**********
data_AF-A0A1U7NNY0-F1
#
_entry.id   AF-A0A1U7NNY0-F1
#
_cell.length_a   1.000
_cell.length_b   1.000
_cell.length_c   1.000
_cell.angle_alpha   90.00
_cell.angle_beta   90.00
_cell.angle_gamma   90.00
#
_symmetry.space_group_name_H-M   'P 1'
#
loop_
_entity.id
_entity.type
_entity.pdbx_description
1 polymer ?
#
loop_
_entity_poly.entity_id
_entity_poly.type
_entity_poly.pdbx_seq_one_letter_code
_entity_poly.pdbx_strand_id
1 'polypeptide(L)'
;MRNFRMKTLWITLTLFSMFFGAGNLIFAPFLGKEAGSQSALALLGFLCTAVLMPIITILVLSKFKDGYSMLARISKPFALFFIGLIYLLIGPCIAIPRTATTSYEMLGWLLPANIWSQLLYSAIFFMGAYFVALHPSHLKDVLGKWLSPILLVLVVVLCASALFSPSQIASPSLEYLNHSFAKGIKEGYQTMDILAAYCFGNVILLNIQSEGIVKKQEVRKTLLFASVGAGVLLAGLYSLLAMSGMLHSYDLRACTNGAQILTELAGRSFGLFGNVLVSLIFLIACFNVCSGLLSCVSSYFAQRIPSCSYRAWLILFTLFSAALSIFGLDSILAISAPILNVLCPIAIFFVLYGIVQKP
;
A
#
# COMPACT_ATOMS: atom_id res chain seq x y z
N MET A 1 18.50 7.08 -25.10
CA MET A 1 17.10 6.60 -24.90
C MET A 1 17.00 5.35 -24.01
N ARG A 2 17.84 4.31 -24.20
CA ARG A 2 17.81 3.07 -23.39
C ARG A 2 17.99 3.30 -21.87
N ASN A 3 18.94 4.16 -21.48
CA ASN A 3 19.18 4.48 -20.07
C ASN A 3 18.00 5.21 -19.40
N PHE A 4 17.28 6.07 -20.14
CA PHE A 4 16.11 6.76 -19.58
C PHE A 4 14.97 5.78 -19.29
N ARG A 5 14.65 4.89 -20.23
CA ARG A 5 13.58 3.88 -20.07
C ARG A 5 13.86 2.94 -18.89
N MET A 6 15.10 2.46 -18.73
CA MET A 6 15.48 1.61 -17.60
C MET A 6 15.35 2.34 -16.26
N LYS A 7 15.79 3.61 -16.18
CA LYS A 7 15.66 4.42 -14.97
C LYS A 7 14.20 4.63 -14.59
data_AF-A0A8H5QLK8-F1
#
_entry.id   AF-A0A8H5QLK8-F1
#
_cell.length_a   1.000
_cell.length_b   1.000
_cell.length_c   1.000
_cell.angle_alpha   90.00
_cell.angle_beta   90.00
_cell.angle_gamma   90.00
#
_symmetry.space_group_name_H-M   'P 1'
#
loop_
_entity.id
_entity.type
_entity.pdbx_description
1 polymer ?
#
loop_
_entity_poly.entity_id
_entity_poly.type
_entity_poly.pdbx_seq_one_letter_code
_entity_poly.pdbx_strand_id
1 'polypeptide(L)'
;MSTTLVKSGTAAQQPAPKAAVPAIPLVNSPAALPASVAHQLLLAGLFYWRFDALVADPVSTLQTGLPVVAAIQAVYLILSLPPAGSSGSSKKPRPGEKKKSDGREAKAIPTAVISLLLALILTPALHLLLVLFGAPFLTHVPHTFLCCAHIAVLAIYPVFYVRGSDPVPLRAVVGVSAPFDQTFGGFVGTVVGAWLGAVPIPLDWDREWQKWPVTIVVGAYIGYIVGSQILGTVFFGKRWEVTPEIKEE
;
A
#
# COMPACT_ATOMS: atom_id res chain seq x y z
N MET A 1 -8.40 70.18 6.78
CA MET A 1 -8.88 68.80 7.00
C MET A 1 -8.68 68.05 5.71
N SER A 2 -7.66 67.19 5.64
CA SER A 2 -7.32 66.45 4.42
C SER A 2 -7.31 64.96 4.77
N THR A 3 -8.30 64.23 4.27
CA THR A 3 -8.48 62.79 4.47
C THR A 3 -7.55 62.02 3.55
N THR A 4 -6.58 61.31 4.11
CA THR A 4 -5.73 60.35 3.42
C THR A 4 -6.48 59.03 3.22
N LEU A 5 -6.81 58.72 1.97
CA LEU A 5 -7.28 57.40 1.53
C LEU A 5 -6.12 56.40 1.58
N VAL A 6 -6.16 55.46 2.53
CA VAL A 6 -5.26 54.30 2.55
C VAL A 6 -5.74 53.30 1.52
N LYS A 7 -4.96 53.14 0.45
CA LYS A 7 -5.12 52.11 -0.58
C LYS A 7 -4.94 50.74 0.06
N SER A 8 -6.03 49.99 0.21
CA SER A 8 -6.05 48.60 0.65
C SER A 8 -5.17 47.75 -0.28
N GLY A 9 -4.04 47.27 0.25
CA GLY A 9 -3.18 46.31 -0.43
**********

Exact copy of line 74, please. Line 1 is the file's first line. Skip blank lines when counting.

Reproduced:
_entity_poly.pdbx_seq_one_letter_code